Family nursing conversations (FNC) are planned conversations between a care recipient, one or more family members, and a nurse. FNC, in the Netherlands, are intended to strengthen family functioning and family communication, improve collaboration between family and professional caregivers, and prevent overburden of family caregivers. This study aims to explore families’ experiences with FNC, and their perspectives on the benefits of FNC.
Methods: A total of 26 participants (9 care recipients, 17 family members) from 11 families participated in a FNC and this qualitative study. Seven home health care nurses trained in FNC conducted these conversations as part of their daily practice. Four to six weeks after the FNC, care recipients and family members were interviewed about their experiences, and the perceived effects or benefits of the FNC. Interviews were semi-structured, face-to-face, and individual. Data collection continued until saturation had been reached. A grounded theory approach was used to analyze the data.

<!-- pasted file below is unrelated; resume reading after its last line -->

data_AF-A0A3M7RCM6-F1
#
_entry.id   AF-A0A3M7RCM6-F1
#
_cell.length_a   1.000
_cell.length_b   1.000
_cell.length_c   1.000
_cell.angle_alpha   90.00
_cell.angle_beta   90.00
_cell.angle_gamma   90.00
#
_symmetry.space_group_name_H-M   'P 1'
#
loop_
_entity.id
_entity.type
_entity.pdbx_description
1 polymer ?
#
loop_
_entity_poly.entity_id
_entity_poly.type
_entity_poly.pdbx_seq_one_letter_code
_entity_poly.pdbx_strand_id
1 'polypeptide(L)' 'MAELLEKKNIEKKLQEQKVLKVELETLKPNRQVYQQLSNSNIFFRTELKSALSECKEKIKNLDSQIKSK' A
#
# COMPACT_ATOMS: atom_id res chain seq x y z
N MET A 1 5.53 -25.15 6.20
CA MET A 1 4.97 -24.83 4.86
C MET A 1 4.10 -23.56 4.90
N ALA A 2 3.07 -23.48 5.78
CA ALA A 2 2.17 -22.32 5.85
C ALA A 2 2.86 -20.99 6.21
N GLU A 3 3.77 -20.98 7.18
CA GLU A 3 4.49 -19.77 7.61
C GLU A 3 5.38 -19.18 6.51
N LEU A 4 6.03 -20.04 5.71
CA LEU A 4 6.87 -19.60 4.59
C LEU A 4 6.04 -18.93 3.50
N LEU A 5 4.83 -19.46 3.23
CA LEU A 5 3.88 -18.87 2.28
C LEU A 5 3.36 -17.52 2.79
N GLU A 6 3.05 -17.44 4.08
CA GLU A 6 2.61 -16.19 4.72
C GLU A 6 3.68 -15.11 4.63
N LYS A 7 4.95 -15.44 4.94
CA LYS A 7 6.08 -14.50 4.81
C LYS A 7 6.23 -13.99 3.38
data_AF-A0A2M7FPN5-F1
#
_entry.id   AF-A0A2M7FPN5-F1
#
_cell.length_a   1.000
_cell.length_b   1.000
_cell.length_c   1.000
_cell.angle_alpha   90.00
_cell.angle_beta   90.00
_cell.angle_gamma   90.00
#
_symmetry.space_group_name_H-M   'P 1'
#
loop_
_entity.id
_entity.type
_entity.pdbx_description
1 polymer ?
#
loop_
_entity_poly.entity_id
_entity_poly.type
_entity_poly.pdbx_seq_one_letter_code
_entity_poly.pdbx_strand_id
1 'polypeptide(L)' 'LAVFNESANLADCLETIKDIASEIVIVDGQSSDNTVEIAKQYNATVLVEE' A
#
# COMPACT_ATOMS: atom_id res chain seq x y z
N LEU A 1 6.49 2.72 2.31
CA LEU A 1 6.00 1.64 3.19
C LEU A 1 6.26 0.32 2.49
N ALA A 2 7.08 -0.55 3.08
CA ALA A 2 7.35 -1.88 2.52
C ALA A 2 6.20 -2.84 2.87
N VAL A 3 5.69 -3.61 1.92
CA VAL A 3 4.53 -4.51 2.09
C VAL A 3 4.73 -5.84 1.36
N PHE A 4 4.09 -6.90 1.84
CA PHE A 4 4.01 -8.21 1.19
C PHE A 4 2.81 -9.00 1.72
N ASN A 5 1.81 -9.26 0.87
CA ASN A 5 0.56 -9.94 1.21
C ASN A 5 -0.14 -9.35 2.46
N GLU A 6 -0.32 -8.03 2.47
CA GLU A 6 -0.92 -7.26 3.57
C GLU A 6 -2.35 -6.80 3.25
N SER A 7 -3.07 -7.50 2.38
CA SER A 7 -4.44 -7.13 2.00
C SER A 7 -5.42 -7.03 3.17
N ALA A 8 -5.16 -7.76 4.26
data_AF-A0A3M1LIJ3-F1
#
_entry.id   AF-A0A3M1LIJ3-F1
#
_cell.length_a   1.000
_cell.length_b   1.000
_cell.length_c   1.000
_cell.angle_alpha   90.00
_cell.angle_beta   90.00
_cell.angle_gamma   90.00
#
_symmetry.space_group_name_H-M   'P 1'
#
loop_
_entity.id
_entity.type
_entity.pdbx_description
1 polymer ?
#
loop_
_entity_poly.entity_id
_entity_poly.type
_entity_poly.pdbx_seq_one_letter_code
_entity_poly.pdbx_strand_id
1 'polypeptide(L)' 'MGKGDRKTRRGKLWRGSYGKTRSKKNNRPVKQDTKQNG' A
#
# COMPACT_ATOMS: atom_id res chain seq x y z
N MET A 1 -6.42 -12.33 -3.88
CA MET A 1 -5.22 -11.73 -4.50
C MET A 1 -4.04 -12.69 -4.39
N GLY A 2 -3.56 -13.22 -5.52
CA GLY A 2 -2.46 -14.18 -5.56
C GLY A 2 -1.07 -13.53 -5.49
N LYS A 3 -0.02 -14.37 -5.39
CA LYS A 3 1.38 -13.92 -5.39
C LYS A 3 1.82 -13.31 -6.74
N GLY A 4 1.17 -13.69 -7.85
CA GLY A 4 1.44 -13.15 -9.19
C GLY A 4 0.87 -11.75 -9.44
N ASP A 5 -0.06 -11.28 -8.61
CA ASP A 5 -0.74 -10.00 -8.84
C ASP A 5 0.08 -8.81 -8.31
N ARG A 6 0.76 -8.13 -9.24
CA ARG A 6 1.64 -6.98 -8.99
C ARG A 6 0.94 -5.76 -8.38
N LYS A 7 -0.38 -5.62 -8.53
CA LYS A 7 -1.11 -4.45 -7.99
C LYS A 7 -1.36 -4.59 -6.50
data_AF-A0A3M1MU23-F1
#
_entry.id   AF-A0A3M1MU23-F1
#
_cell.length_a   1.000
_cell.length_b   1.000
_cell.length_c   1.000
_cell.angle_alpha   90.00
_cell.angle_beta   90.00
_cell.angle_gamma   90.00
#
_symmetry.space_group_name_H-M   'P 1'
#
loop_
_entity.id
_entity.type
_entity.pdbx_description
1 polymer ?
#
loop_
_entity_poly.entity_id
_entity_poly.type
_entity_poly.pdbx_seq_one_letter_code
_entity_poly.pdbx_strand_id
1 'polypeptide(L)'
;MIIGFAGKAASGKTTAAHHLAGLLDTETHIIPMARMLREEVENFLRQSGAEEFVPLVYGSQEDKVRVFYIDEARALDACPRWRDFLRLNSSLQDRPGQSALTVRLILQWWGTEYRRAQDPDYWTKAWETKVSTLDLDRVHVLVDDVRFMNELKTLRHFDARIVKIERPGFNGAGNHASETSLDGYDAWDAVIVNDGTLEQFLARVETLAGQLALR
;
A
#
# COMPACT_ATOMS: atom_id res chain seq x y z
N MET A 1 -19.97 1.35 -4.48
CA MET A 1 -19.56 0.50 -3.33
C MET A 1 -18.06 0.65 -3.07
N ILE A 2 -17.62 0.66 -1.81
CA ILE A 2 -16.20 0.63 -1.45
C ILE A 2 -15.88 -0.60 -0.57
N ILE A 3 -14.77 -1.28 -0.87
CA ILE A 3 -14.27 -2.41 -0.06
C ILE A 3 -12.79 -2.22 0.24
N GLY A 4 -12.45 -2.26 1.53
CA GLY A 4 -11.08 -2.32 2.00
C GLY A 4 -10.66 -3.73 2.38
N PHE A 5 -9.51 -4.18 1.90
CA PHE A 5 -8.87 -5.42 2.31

Results: Participants experienced FNC as structured and open communication about the care situation. During the FNC, participants felt that they gained a clear overview of the care situation and that relationships among the FNC-participants improved. Participants reported that FNC decreased family members’ burden, and resulted in care that was more tailored to the care recipient’s needs.
Conclusions: From the results of this study a model is proposed for families’ experiences with and perceived benefits of FNC. In a subsequent study, this model will be tested in a quantitative cost effectiveness study with a larger sample.
|Publication status||In preparation - 2018|
|Event||5th Nordic Conference in Family Focused Nursing: Familie throughout the Lifespan - Tampere, Finland|
Duration: 2 Jun 2018 → 5 Jun 2018
|Conference||5th Nordic Conference in Family Focused Nursing|
|Period||2/06/18 → 5/06/18|